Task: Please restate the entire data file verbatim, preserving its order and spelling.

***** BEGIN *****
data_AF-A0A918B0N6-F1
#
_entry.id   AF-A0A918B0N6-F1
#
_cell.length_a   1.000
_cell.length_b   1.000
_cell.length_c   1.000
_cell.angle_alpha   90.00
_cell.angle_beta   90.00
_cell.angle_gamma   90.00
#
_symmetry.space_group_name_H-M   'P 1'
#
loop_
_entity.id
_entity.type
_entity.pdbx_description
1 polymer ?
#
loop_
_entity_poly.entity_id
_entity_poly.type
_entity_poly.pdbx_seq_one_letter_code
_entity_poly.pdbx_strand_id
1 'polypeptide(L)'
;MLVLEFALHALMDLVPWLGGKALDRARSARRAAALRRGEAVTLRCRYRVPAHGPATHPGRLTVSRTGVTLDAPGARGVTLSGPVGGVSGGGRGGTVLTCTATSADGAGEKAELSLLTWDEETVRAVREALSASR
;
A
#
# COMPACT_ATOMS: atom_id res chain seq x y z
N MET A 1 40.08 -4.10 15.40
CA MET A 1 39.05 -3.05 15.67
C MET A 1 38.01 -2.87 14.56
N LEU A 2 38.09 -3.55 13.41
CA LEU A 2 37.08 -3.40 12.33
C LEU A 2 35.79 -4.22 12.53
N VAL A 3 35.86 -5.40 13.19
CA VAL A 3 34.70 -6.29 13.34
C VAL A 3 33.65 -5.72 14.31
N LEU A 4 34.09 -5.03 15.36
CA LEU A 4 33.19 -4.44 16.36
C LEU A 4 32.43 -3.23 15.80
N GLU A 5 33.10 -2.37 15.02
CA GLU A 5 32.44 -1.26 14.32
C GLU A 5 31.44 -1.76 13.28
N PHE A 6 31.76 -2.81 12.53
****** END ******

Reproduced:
data_AF-A0A918B0N6-F1
#
_entry.id   AF-A0A918B0N6-F1
#
_cell.length_a   1.000
_cell.length_b   1.000
_cell.length_c   1.000
_cell.angle_alpha   90.00
_cell.angle_beta   90.00
_cell.angle_gamma   90.00
#
_symmetry.space_group_name_H-M   'P 1'
#
loop_
_entity.id
_entity.type
_entity.pdbx_description
1 polymer ?
#
loop_
_entity_poly.entity_id
_entity_poly.type
_entity_poly.pdbx_seq_one_letter_code
_entity_poly.pdbx_strand_id
1 'polypeptide(L)'
;MLVLEFALHALMDLVPWLGGKALDRARSARRAAALRRGEAVTLRCRYRVPAHGPATHPGRLTVSRTGVTLDAPGARGVTLSGPVGGVSGGGRGGTVLTCTATSADGAGEKAELSLLTWDEETVRAVREALSASR
;
A
#
# COMPACT_ATOMS: atom_id res chain seq x y z
N MET A 1 40.08 -4.10 15.40
CA MET A 1 39.05 -3.05 15.67
C MET A 1 38.01 -2.87 14.56
N LEU A 2 38.09 -3.55 13.41
CA LEU A 2 37.08 -3.40 12.33
C LEU A 2 35.79 -4.22 12.53
N VAL A 3 35.86 -5.40 13.19
CA VAL A 3 34.70 -6.29 13.34
C VAL A 3 33.65 -5.72 14.31
N LEU A 4 34.09 -5.03 15.36
CA LEU A 4 33.19 -4.44 16.36
C LEU A 4 32.43 -3.23 15.80
N GLU A 5 33.10 -2.37 15.02
CA GLU A 5 32.44 -1.26 14.32
C GLU A 5 31.44 -1.76 13.28
N PHE A 6 31.76 -2.81 12.53